The Canadian Advanced Technology Alliance (CATAAlliance) is Canada's One Voice for Innovation Lobby Group, crowdsourcing ideas and guidance from thousands of opt in members in moderated social networks in Canada and key global markets. (No Tech Firm Left Behind)
CATA’s mission is to move Canada to 1st place or an A grade in Innovation and Competitiveness. We do so under the rubric of the Competitive Innovation Nation Campaign with Core Planks and a Working Agenda for Advocacy Initiatives.
Organizations such as the Conference Board of Canada provide a yearly review of Canada’s ranking for innovation and competitiveness. Thus we are able to track progress across key indicators.
Our first goal is to cultivate our considerable strengths and eliminate every barrier to inhibiting their full contribution to competitiveness, a goal that is vital to realize the improvements that will let Canada rank amongst the highest performers as an innovation based economy.
Our second goal is to amplify the voices of tech executives, innovators and entrepreneurs to create a more connected, informed and influential community.
CATA’s business model relies extensively on very large social networks and powerful traditional and new media resources to identify and crowdsource issues, obtain guidance and mobilize for change. We also rely on small team of champions with a research component to add weight to all advocacy messaging.
CATAAlliance, is a not for profit organization, a model similar to a political party, the party of Canadian innovation and high tech industries. Our Platform is built from Core Policy Planks linked to Specific Recommendations which will ensure success for Canada in the global economy.
Core Policy Planks
Developing a Competitive Innovation Nation, National Brand for Canada based on Regional Advantages;
Creating a new Strategy for industry that perceives and exploits parallel physical, digital and intangible value streams, linked to strategic approaches to the growth of our innovative businesses through effective commercialization of products and services, supply chains, exports, increased international mandates, expansion of social enterprise and government procurement;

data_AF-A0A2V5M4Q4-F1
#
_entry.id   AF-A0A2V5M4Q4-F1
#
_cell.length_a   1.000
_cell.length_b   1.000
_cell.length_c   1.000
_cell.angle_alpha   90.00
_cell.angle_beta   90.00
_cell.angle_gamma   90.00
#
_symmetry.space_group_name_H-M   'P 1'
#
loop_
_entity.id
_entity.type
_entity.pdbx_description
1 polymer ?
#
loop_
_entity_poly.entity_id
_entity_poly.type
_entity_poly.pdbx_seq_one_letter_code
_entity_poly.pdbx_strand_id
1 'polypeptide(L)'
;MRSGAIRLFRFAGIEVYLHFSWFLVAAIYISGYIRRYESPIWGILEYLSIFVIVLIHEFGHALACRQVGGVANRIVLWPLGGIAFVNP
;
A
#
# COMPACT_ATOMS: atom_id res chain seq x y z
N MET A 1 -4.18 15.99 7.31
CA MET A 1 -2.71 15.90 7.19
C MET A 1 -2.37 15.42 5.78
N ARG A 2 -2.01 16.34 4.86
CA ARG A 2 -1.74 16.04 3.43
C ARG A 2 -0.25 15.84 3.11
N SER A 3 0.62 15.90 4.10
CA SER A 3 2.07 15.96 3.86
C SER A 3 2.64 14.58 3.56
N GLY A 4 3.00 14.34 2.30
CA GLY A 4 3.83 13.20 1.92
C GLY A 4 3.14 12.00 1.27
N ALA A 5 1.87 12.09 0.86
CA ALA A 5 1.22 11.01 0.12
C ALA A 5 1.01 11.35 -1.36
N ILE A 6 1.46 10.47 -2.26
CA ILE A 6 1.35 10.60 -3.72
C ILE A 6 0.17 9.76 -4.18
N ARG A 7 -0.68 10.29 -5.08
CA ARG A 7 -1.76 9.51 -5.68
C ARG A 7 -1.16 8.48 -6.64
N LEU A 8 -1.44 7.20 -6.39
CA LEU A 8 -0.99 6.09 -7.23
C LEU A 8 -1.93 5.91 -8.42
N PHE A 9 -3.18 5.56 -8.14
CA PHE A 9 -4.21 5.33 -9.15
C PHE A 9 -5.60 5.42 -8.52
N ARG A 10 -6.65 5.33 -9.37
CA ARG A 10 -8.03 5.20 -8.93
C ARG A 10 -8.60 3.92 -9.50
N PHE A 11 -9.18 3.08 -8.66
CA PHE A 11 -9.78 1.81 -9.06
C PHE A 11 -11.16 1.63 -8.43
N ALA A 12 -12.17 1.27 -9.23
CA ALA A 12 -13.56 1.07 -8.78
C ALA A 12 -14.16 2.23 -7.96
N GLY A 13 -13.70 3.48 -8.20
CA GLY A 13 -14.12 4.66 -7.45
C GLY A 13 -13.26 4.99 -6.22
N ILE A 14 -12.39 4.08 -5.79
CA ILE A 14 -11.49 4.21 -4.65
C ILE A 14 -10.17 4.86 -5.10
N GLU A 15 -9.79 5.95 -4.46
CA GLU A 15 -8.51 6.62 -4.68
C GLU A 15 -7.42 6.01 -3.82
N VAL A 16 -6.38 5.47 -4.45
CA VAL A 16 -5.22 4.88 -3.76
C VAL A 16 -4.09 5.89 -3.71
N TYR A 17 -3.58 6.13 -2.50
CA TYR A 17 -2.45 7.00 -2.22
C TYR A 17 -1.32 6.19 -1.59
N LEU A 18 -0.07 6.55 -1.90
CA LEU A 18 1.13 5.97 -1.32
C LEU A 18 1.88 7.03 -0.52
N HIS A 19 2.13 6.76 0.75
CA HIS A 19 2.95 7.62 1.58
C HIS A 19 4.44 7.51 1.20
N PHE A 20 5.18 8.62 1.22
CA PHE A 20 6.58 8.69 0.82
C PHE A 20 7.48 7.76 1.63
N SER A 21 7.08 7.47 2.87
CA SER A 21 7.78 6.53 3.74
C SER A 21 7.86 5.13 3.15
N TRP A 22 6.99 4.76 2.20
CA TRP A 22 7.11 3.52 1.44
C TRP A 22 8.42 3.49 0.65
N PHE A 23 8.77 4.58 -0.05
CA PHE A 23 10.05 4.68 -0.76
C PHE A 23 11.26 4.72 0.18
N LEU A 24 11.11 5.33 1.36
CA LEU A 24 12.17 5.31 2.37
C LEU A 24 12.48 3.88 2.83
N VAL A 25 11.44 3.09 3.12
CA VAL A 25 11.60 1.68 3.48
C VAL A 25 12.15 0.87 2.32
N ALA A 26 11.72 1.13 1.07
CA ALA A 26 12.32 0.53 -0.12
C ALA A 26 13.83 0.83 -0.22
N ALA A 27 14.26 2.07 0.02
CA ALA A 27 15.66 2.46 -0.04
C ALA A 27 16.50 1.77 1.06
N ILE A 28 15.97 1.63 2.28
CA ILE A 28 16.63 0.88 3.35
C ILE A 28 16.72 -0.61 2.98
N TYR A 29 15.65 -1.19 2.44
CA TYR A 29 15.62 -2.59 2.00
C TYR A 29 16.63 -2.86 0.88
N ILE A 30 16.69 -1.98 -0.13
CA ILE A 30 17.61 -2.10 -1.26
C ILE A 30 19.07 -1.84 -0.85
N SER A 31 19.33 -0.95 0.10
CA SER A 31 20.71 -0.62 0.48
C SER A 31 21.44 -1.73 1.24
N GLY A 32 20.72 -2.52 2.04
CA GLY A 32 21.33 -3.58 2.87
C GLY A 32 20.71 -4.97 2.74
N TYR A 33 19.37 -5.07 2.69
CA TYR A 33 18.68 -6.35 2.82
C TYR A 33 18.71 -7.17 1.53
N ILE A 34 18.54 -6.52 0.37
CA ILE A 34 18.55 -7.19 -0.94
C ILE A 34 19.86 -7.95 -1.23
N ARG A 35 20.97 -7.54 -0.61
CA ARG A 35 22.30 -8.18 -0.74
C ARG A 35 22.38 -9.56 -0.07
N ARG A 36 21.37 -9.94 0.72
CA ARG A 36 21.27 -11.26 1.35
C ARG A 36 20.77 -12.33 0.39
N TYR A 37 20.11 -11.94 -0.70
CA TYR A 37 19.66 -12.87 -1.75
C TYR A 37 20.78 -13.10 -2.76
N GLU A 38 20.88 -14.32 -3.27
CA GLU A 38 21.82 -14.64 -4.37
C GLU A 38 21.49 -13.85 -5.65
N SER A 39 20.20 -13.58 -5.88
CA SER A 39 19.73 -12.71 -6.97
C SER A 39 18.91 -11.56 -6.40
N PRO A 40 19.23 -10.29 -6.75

Responding to the Flat World of global competition with the removal of trade barriers, streaming of regulatory and labour practices and the provision of support to equal the playing field for Canadian competitors and investment in the infrastructure needed to preserve and expand market strength;
Simplifying Canada's tax system to eliminate structural disconnects that discourage the full development and growth of our innovation businesses to the benefit of Canada, simplify access to incentives and reduce compliance costs and investment delays due to uncertainty;
Determining the best practice aspects of Canada's SR&ED tax incentive program and barriers in the tax system to the exploitation of innovation. The ultimate aim being to focus them to create the environment that promotes the commercialization of our innovations and the growth of firms to their full potential;
Addressing the current problem facing growth-oriented Canadian firms: the attraction, retention and development of the management and leadership talent needed to direct the growth of current and emerging companies in Canada's technology sector;
Fostering executive leadership, including a commitment to lifetime learning, Mentorship and Diversity;
Developing through Mentorship the IT capability of women and encouraging women to join the technology market and enrol in technology-related studies;
Creating best practices and exportable technologies for Public Safety and National Security with an eye to protecting privacy, including fostering the growth of the advanced security sector; and,